Sea of Troubles
The European Conquest of the Islamic Mediterranean and the Origins of the First World War, 1750–1918
About the Book
In the mid-eighteenth century, most of the Mediterranean coastline and its hinterlands were controlled by the Ottoman Empire, a vast Islamic power regarded by Christian Europe with awe and fear. However, by the end of the First World War, this great civilisation had been completely subjugated, its territories occupied by European states.
In Sea of Troubles, Ian Rutledge reveals how the Mediterranean – the fault line between Europe and Islam – became the most important centre of European imperialist rivalry. Britain, France, Italy, Spain, Austria-Hungary and Russia all wrestled for control of the trade, lands and wealth of this Islamic region. As rivalries intensified, events would spiral out of control as the continent headed towards war.
This masterful, richly detailed account illuminates over three centuries of European imperialism in the Islamic Mediterranean. Sea of Troubles reveals the chain reaction of conquest and violence that culminated in the First World War and the fall of the Ottoman Empire.
About the Author
Ian Rutledge is an economist, historian and Arabist. He obtained his undergraduate degree and PhD in Economic History from the University of Cambridge. Previously an Honorary Senior Research Fellow at Sheffield University’s Management School, he has taught at the Universities of London and Sheffield, and for the Workers’ Educational Association. Rutledge has contributed numerous papers to academic journals, including the Cambridge Journal of Economics, and has published articles in national newspapers such as the Financial Times and The Guardian. His other works include the critically acclaimed Enemy on the Euphrates: The Battle for Iraq, 1914–1921 (by Saqi Books) and Addicted to Oil: America’s Relentless Drive for Energy Security.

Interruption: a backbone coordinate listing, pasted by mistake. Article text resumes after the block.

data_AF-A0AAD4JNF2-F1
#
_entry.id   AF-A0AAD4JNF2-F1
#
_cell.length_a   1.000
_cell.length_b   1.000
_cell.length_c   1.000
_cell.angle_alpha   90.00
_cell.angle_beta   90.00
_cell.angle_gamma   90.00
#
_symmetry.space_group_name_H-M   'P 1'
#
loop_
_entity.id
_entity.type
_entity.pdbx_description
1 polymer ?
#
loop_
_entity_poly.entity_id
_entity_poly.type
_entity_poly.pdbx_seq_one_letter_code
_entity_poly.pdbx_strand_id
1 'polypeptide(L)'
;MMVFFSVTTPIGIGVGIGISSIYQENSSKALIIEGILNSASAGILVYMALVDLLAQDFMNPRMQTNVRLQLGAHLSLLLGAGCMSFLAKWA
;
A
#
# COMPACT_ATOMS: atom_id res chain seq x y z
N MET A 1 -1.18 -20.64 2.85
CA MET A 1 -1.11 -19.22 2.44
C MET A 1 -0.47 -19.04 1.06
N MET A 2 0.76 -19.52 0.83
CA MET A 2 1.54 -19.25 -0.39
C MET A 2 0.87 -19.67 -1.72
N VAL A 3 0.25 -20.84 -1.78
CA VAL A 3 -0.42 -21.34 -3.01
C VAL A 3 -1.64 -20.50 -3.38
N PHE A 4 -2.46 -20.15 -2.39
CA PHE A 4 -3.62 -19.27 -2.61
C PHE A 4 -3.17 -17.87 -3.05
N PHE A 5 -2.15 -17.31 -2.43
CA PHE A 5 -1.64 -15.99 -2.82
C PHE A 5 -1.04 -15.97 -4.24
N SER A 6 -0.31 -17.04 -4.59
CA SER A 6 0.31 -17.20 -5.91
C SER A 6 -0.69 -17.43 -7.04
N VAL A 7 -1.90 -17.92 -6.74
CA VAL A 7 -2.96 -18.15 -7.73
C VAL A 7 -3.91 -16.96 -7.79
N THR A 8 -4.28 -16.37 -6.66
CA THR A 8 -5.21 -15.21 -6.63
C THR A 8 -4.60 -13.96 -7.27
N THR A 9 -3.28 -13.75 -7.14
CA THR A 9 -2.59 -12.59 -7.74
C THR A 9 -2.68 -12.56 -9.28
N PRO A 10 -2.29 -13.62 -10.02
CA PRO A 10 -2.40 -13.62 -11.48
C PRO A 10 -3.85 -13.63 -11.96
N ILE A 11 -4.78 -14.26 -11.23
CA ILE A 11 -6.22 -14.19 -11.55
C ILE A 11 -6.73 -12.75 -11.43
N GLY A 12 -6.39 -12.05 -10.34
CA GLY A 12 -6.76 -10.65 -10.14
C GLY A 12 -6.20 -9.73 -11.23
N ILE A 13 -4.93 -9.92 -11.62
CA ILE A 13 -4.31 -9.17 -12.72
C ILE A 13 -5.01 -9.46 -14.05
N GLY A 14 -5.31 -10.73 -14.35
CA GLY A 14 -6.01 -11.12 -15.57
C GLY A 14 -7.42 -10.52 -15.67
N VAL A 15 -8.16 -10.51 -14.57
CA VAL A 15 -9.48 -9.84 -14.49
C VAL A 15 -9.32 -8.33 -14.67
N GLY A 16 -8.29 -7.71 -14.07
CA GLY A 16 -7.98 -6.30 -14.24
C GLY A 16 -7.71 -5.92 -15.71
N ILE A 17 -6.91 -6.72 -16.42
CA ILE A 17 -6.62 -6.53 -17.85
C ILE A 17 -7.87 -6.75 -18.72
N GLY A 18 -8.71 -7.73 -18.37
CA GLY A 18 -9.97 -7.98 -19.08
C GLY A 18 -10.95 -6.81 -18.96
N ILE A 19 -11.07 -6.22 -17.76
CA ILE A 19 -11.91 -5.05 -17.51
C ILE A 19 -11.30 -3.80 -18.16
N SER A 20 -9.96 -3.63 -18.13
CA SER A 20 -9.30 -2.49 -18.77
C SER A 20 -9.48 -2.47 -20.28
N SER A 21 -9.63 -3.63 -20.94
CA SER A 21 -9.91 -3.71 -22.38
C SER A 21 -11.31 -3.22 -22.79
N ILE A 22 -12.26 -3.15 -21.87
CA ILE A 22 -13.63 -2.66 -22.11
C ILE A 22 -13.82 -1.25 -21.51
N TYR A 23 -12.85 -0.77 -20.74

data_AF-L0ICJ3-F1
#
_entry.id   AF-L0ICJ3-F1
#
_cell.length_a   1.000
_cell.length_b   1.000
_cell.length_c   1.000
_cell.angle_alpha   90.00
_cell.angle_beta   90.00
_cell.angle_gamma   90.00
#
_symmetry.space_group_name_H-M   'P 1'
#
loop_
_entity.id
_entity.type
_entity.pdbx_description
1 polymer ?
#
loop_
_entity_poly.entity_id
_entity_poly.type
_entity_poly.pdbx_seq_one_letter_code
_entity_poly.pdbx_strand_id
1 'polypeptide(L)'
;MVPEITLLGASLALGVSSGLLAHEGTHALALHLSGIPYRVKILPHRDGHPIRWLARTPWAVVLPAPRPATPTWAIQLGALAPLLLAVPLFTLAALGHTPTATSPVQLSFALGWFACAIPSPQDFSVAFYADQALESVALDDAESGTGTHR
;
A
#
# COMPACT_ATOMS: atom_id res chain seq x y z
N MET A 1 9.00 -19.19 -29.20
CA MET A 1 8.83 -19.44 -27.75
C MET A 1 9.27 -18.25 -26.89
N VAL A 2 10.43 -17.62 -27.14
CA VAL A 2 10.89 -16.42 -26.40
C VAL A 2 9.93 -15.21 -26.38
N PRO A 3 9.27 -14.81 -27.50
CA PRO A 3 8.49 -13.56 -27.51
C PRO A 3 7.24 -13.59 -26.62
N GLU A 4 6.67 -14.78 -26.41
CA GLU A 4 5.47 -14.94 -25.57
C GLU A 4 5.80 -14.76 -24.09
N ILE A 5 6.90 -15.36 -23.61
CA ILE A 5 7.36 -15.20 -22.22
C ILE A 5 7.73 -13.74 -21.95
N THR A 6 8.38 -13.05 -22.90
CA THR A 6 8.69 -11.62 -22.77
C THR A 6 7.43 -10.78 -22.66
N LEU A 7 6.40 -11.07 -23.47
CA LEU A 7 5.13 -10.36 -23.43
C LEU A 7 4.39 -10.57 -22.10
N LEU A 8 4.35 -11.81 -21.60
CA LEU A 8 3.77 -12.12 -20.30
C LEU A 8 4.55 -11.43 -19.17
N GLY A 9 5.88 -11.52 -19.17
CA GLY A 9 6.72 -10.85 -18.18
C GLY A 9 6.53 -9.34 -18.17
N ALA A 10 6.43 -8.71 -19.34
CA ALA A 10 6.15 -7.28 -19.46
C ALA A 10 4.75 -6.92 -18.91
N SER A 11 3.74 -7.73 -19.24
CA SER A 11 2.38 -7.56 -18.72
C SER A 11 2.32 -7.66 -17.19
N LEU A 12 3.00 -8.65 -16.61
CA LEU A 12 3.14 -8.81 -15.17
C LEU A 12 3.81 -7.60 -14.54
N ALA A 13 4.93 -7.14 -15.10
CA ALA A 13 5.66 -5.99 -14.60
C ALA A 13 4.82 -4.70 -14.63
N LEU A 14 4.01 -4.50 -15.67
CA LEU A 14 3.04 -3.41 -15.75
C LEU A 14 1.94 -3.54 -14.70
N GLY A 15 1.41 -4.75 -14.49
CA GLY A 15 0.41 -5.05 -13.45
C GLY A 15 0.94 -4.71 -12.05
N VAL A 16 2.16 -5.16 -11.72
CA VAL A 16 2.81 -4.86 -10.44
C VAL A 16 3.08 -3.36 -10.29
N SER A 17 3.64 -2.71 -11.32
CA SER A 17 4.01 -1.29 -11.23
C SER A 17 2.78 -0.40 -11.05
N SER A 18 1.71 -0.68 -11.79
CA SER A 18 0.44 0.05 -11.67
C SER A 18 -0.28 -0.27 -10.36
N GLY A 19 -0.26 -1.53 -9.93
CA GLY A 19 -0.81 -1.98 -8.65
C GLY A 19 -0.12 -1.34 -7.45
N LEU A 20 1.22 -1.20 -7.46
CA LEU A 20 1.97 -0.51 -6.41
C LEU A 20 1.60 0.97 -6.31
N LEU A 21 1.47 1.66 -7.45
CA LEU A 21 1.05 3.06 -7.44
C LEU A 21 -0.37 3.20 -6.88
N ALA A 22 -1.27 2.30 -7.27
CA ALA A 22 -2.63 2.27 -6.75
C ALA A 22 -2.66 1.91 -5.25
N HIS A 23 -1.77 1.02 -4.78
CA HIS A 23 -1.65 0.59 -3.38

‘A rich and complex narrative … Ian Rutledge's careful prose underscores the essential trends and events, on both land and sea, that have made the eastern Mediterranean a critical setting for modern history. A must read.’ Ryan Gingeras, author of The Last Days of the Ottoman Empire
‘This masterly history covers the gradual encroachment of European imperial powers into the territories and waters of the Ottoman Empire over the long nineteenth century. A lively and informative read.’ Charles Tripp, author of The Power and the People: Paths of Resistance in the Middle East